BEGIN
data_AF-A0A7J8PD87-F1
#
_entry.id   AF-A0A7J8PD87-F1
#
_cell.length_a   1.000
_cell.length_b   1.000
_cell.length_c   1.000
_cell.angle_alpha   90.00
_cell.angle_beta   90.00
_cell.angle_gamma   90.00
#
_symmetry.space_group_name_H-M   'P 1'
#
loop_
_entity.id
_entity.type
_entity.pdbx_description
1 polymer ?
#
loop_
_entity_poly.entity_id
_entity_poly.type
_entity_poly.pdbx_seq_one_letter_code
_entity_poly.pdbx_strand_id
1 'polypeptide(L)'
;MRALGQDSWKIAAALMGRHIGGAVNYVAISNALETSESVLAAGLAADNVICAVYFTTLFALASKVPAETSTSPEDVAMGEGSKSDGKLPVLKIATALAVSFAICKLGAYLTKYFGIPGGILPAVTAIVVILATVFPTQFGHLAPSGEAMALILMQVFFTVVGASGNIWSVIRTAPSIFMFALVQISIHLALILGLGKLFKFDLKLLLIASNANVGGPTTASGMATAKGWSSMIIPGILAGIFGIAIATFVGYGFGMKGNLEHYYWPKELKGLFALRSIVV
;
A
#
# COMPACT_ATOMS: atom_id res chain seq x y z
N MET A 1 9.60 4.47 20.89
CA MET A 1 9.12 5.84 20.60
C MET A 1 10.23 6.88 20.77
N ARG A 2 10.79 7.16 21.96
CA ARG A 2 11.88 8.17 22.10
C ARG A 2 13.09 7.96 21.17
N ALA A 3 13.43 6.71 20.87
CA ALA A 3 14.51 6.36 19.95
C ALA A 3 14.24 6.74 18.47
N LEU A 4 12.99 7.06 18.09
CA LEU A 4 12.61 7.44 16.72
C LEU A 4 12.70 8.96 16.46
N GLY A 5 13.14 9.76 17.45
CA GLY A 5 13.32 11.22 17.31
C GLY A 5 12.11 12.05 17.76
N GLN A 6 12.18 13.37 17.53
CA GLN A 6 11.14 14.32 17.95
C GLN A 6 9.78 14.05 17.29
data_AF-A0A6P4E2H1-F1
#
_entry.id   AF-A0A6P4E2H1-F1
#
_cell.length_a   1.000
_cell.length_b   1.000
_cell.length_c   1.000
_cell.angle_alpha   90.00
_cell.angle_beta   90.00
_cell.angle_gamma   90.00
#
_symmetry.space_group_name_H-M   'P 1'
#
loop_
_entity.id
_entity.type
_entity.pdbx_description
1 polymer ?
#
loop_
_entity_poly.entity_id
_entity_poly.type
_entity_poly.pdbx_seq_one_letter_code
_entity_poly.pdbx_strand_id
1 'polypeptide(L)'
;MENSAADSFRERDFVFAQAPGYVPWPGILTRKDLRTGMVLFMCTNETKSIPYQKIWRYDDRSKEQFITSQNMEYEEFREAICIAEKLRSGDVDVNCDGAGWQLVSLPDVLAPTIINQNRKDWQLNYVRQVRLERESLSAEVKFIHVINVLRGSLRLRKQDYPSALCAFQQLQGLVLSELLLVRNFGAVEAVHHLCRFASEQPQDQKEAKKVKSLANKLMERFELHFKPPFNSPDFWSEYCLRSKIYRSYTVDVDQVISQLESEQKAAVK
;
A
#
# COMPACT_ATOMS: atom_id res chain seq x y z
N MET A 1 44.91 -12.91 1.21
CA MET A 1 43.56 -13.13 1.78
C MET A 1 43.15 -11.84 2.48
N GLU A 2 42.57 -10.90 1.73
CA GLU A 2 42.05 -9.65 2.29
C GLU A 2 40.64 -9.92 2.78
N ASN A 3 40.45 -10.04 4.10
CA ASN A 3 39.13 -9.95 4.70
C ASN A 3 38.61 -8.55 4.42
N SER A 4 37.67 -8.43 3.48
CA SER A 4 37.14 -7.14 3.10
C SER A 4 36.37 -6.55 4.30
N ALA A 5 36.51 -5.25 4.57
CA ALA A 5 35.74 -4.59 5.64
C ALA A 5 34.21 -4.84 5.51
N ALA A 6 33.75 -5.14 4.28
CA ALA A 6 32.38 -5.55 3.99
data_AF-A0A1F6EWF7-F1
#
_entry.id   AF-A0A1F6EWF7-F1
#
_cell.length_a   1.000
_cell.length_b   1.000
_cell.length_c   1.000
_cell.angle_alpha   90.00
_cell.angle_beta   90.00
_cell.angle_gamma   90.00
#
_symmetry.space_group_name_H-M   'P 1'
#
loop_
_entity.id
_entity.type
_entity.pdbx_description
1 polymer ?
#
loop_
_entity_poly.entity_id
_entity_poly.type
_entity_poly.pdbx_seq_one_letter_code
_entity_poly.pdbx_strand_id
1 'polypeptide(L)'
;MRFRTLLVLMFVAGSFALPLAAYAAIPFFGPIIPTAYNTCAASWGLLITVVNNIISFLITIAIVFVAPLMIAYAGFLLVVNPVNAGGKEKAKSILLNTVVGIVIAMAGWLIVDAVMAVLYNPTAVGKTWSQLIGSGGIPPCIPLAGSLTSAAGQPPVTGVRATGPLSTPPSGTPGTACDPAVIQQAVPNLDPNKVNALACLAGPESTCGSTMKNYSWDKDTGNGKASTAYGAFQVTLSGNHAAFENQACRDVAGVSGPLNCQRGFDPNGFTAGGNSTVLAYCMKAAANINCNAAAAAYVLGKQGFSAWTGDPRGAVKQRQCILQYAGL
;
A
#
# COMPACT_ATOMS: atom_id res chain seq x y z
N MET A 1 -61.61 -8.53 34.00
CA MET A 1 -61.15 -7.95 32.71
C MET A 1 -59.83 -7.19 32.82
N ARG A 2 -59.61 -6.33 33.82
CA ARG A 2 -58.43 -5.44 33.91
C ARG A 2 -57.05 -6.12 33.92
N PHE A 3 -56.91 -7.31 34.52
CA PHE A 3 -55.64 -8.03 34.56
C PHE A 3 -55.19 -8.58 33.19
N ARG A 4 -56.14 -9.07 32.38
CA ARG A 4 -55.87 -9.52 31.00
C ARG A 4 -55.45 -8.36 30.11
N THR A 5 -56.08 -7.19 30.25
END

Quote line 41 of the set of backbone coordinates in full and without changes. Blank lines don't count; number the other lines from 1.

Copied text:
CA LEU A 4 12.61 7.44 16.72